It’s not every day that an airport removes a runway.
But that story tells the recent tale at William P. Hobby Airport, Houston’s oldest commercial airport with a birthdate of 1927 when it opened as a private landing field in a 600-acre pasture!
Ross Williamson, Division Manager for Airside Operations at Hobby Airport, recently discussed the runway closure and the ramifications of that move.
“A number of years ago, the FAA started looking at airfield designs and how some of the older designed airfields like Hobby needed to be brought up to the new standards for airfield design. Keep in mind that Hobby was designed many, many moons ago when aviation was young and most airfields were like a Figure 4 design,” Williamson said.
Williamson said the original design of Hobby Airport included one north-south runway and an east-west runway that intersected at 90 degrees, along with another surface at 45 degrees off those two. This airfield design was common in the early years of aviation.
“The early designs were meant for maximum wind coverage – no matter which direction the wind was blowing from, you had a runway which was generally aligned to the wind, and that’s better for aircraft to land and depart into the wind,” Williamson said.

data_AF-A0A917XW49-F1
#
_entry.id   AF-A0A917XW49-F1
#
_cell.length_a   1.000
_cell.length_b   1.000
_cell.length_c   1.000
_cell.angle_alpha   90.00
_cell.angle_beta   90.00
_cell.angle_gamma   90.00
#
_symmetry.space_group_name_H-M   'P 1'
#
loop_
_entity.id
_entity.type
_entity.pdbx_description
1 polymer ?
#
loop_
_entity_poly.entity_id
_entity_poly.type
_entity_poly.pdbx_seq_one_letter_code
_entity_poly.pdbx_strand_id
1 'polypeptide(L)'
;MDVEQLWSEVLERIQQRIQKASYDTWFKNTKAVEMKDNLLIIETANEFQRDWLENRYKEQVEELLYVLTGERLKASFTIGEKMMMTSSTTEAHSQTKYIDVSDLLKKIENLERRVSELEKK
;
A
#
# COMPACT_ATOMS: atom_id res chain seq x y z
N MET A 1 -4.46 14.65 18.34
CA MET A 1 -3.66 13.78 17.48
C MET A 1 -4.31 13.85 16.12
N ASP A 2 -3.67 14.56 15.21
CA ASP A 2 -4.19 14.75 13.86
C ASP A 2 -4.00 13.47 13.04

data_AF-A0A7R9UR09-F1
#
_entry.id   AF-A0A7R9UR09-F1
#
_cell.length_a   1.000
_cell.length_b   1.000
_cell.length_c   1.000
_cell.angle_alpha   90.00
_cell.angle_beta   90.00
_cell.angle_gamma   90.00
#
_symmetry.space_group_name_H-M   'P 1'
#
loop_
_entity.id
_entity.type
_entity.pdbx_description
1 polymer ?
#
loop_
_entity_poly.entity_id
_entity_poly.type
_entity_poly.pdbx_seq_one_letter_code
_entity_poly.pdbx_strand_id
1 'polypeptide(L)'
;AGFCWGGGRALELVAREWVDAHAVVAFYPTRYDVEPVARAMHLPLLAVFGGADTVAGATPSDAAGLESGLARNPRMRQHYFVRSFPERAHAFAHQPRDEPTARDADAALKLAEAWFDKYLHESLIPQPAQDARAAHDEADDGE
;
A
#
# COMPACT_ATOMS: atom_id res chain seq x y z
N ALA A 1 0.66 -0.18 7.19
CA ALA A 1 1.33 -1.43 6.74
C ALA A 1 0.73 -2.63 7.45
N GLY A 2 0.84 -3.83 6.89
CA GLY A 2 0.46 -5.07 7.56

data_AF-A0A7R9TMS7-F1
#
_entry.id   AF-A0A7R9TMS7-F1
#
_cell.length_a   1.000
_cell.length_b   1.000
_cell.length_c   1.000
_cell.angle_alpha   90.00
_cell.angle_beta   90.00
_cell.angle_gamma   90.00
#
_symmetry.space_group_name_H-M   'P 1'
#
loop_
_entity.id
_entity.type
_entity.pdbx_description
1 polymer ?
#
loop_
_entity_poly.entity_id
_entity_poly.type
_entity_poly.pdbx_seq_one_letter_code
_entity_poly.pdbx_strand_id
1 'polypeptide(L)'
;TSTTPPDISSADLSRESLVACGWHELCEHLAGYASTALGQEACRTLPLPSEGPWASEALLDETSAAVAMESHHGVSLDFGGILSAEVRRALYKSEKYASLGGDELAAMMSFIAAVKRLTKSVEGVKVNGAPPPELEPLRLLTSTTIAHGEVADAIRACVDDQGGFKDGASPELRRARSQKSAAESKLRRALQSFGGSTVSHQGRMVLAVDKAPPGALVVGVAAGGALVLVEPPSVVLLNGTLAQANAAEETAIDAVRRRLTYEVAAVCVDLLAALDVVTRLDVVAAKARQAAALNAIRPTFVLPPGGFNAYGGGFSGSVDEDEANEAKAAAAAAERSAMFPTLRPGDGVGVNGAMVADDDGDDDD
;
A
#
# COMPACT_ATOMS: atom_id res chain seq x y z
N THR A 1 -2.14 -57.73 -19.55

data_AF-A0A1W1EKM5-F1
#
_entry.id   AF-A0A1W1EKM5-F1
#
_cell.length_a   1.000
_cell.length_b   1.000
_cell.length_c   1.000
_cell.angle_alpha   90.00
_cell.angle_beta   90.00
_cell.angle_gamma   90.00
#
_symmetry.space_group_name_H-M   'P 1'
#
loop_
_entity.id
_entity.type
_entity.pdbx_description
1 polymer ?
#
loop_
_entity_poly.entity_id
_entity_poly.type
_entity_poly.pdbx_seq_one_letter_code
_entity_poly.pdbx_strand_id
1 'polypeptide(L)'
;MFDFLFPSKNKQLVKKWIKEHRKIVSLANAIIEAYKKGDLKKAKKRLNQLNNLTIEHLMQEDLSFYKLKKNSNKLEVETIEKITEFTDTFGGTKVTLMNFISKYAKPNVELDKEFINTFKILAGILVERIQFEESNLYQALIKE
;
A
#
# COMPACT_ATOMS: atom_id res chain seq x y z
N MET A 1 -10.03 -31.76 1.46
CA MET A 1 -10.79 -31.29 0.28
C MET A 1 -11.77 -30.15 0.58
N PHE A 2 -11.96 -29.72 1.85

Today’s runway-taxiway configurations are vastly improved and much safer, Williamson said, and that was the impetus for the change.
“The FAA has chosen to invest in upgrading antiquated airfield designs and bring them up to snuff to make them even safer for the airfield users,” Williamson said. “We were extremely pleased to take advantage of their funding and undertake a project to move improvements forward.”
The initial part of the project included the runway closure and demolition along with the demolition of taxiways G1, G2, G3 and part of D.
“The FAA is always interested in making things safer – for any of the pilots, customers, users, aircrafts, vehicles, and the like,” Williamson said. “My team is always out there – we want to make sure we are doing things safely.”
He noted that the now-demolished runway was only used for about two percent of operations annually at Hobby Airport.
“We are not losing efficiencies on the airfield for the most part,” he said, “but we are gaining a level of safety with the help of contractors and designers equally committed to the fitness of our airport.”
Tearing up the runway was not overly difficult or complicated, Williamson said. “It was a long process, almost 11 months of tearing up concrete and asphalt, but it went well.”
So, what is Hobby Airport now going to do with a 6,000-feet-long by 150-feet-wide strip of real estate?
“We are working through that planning right now,” Williamson said. The other part of the project is to realign Taxiways D, E, G, K and K1 which will eliminate the hot spots on the airfield. A hot spot is a location on the airfield where incidents and/or incursions are more likely to happen. This phase of the project should begin mid- to late 2023.
“Eventually, we are going to have five properly realigned taxiways,” Williamson said, “incorporating 21st century airfield design principles into the equation.”